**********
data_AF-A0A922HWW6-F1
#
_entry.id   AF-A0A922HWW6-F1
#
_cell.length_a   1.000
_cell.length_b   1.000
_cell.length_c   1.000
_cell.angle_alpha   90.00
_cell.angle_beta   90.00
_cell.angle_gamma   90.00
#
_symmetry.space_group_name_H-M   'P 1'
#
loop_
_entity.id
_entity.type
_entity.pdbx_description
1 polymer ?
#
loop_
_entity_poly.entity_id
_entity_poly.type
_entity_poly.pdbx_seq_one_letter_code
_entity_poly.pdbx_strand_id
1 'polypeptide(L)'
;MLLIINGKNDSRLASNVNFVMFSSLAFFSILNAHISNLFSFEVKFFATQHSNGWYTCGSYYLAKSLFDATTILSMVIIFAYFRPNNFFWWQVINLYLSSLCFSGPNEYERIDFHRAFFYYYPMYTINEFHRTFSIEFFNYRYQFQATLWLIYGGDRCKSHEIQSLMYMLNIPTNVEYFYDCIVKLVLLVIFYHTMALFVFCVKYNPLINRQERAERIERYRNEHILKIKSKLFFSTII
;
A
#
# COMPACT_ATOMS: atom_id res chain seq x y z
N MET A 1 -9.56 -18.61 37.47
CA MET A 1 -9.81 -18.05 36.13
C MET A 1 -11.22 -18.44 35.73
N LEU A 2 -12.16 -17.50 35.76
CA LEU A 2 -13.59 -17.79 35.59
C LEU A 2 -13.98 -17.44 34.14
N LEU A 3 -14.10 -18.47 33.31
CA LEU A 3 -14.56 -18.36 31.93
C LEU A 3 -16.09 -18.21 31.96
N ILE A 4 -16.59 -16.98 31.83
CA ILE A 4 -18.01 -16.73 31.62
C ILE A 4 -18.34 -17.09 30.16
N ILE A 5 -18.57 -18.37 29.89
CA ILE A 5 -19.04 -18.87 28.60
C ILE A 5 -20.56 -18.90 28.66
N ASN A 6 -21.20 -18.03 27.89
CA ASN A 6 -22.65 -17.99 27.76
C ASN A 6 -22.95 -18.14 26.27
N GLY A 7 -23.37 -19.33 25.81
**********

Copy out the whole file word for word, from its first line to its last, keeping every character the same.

data_AF-A0A922HWW6-F1
#
_entry.id   AF-A0A922HWW6-F1
#
_cell.length_a   1.000
_cell.length_b   1.000
_cell.length_c   1.000
_cell.angle_alpha   90.00
_cell.angle_beta   90.00
_cell.angle_gamma   90.00
#
_symmetry.space_group_name_H-M   'P 1'
#
loop_
_entity.id
_entity.type
_entity.pdbx_description
1 polymer ?
#
loop_
_entity_poly.entity_id
_entity_poly.type
_entity_poly.pdbx_seq_one_letter_code
_entity_poly.pdbx_strand_id
1 'polypeptide(L)'
;MLLIINGKNDSRLASNVNFVMFSSLAFFSILNAHISNLFSFEVKFFATQHSNGWYTCGSYYLAKSLFDATTILSMVIIFAYFRPNNFFWWQVINLYLSSLCFSGPNEYERIDFHRAFFYYYPMYTINEFHRTFSIEFFNYRYQFQATLWLIYGGDRCKSHEIQSLMYMLNIPTNVEYFYDCIVKLVLLVIFYHTMALFVFCVKYNPLINRQERAERIERYRNEHILKIKSKLFFSTII
;
A
#
# COMPACT_ATOMS: atom_id res chain seq x y z
N MET A 1 -9.56 -18.61 37.47
CA MET A 1 -9.81 -18.05 36.13
C MET A 1 -11.22 -18.44 35.73
N LEU A 2 -12.16 -17.50 35.76
CA LEU A 2 -13.59 -17.79 35.59
C LEU A 2 -13.98 -17.44 34.14
N LEU A 3 -14.10 -18.47 33.31
CA LEU A 3 -14.56 -18.36 31.93
C LEU A 3 -16.09 -18.21 31.96
N ILE A 4 -16.59 -16.98 31.83
CA ILE A 4 -18.01 -16.73 31.62
C ILE A 4 -18.34 -17.09 30.16
N ILE A 5 -18.57 -18.37 29.89
CA ILE A 5 -19.04 -18.87 28.60
C ILE A 5 -20.56 -18.90 28.66
N ASN A 6 -21.20 -18.03 27.89
CA ASN A 6 -22.65 -17.99 27.76
C ASN A 6 -22.95 -18.14 26.27
N GLY A 7 -23.37 -19.33 25.81